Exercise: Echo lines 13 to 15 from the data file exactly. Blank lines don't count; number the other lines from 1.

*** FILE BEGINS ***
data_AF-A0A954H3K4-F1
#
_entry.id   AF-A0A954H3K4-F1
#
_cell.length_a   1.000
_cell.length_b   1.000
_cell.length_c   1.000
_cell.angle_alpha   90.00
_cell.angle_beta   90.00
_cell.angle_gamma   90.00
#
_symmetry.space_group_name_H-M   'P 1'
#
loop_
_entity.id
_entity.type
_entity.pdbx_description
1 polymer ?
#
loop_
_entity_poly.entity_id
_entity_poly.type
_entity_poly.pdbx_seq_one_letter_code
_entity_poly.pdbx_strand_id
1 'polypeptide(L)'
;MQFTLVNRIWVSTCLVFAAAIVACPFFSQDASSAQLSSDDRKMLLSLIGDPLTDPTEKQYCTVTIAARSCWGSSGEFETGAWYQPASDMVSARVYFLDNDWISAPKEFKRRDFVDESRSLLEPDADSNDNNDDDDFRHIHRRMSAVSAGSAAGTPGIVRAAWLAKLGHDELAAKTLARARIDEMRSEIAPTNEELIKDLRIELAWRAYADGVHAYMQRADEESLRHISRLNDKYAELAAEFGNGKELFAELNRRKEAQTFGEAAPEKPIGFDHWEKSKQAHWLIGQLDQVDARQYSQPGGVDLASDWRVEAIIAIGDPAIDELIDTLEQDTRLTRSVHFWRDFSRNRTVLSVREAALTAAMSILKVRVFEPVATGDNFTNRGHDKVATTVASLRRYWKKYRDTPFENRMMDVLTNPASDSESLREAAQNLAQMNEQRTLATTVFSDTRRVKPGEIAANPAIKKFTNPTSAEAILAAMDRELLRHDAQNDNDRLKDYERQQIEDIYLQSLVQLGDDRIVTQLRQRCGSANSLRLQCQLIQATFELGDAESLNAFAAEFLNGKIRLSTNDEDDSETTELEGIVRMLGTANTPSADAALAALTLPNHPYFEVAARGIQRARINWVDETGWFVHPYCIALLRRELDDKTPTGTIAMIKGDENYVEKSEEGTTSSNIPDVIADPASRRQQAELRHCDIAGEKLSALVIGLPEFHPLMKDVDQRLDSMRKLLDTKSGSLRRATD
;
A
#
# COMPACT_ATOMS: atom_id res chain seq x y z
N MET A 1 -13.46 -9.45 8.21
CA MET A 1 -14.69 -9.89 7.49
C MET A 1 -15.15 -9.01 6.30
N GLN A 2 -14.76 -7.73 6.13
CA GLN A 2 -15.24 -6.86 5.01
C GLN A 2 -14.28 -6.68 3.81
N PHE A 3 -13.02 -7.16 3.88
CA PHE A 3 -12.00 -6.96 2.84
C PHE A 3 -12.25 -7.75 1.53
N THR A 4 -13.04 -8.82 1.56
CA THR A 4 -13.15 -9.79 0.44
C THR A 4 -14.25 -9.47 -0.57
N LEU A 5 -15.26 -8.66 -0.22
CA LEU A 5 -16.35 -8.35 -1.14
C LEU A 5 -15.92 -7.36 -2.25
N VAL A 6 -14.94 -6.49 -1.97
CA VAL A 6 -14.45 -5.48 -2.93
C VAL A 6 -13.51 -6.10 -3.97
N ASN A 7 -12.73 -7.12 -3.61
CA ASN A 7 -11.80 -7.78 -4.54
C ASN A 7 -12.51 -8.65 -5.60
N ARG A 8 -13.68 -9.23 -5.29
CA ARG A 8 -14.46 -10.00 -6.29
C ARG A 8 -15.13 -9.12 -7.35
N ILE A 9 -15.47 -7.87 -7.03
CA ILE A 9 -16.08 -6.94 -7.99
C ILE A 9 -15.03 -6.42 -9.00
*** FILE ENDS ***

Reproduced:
#
loop_
_entity.id